Externalized costs are how companies make profit. They minimize their spending by cost externalizing, which is basically a fancy term for the company offloading “indirect costs” on society or the environment. The easiest way to think about externalized costs is to think of them as effects caused by businesses when they “cut corners”. Externalized costs of capitalism tend to be hidden from the public eye. Companies hide their externalized costs because most of the time, the truth would be detrimental to the reputation of their business. Some major externalized costs of global capitalism include pollution, taking advantage of people and poor working conditions in other countries, cruelty, and health care.

Marion Nestle is an author for Food Politics, where she published her article, Food is Cheaper Because Costs are “Externalized”. Nestle’s article explains the externalized costs that go into bringing the crops from the field to the dinner plate. Nestle breaks down externalized costs into four categories: human costs, environmental costs, safety costs, and health care costs. The article explains how costs are externalized in each category and how it negatively impacts certain aspects of life. Below is an image representing the external costs of a McDonald’s Big Mac as explained in the article, Each Time McDonalds Sells a Big Mac.

As the image shows, a big mac from McDonalds costs more than its retail price of $4.56. The image breaks down McDonald’s externalized costs into health care, subsidies, environment, and cruelty. This image is a great example of externalized costs because it points out that the true cost of a Big Mac is $12, however, the hidden externalized costs of McDonald’s company allows them to get the retail price down to $4.56.

Pollution is another huge example of an externalized cost. Pollution is an externalized cost because instead of dealing with waste in ways that are environmentally friendly and sustainable, companies are getting rid of their waste in the cheapest ways possible in order to maximize profit. Examples of this could be a company dumping their waste into a nearby river instead of spending money to have it disposed of properly. The article, Talk About Externalized Costs, talks about this issue. As pointed out by the article, “[Businesses] are shoving a whole range of costs – from pollution to climate change to water depletion – onto communities around the world”. It is estimated that the world’s top corporations, “contribute $2.2 trillion in environmental damage”. Other forms of pollution, such as waste from shipping packaging, use of gasoline, plane emissions, etc. are also forms of externalized costs and are extremely detrimental to the environment.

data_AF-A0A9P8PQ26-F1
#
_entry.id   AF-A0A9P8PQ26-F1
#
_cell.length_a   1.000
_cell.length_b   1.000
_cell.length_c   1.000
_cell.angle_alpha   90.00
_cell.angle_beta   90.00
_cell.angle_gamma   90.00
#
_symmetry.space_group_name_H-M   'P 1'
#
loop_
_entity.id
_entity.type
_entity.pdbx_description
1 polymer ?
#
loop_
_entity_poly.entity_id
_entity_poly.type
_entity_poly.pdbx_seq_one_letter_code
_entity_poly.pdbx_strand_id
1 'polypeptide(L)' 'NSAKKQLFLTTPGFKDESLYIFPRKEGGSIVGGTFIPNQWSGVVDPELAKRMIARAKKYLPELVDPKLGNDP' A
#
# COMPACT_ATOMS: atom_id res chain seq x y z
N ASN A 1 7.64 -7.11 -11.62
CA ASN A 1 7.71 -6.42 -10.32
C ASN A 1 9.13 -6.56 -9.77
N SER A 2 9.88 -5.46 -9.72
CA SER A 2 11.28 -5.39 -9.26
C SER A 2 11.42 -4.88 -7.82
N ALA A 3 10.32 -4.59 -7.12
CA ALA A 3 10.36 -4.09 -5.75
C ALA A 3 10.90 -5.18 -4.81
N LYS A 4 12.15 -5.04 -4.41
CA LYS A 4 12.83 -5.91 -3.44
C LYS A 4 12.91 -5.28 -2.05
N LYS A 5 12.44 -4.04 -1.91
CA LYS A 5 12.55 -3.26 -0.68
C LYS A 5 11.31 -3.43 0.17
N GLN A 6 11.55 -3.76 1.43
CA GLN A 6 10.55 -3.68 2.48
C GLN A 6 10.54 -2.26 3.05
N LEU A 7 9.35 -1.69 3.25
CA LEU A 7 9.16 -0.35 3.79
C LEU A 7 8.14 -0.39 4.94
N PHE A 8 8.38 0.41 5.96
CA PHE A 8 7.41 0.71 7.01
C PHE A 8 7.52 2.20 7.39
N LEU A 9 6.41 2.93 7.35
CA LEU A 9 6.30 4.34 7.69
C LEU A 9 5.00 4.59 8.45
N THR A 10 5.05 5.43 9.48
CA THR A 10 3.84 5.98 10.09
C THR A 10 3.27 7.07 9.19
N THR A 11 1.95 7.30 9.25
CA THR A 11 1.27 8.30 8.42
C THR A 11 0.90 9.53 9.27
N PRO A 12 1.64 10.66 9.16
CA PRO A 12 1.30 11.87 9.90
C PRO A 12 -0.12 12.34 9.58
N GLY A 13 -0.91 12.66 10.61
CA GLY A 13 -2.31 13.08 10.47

Another example of an externalized cost is taking advantage of people and poor working conditions in other countries. Businesses move their factories overseas in order to take advantage of the minimum wages in other countries. A prime example of this comes from the article, I Lost My Hands Making Flatscreens I Cant Afford. In the article, Rosa Moreno explains how both of her hands had to be amputated due to a work related incident. She was working with dangerous machinery six days a week, for $400 a month. The work she was doing involved extremely dangerous machinery, but she had no choice, she needed to support her family. Could you imagine working 6 days a week and only making $400 a month? I couldn’t. It’s not livable, which is why the government of the United States implements things such as minimum wages. However, other countries don’t have these laws implemented, so workers in these countries work for a few dollars a day. Being that there isn’t a minimum wage implemented, American businesses move overseas to take advantage of workers in foreign countries. Why would American businesses run their factories in the United States where in some states, minimum wage is as high as $11 an hour, when they could go overseas and pay their workers less than a dollar an hour. Below is a cartoon that brings to light the horrible working conditions of sweatshops in other countries of the world.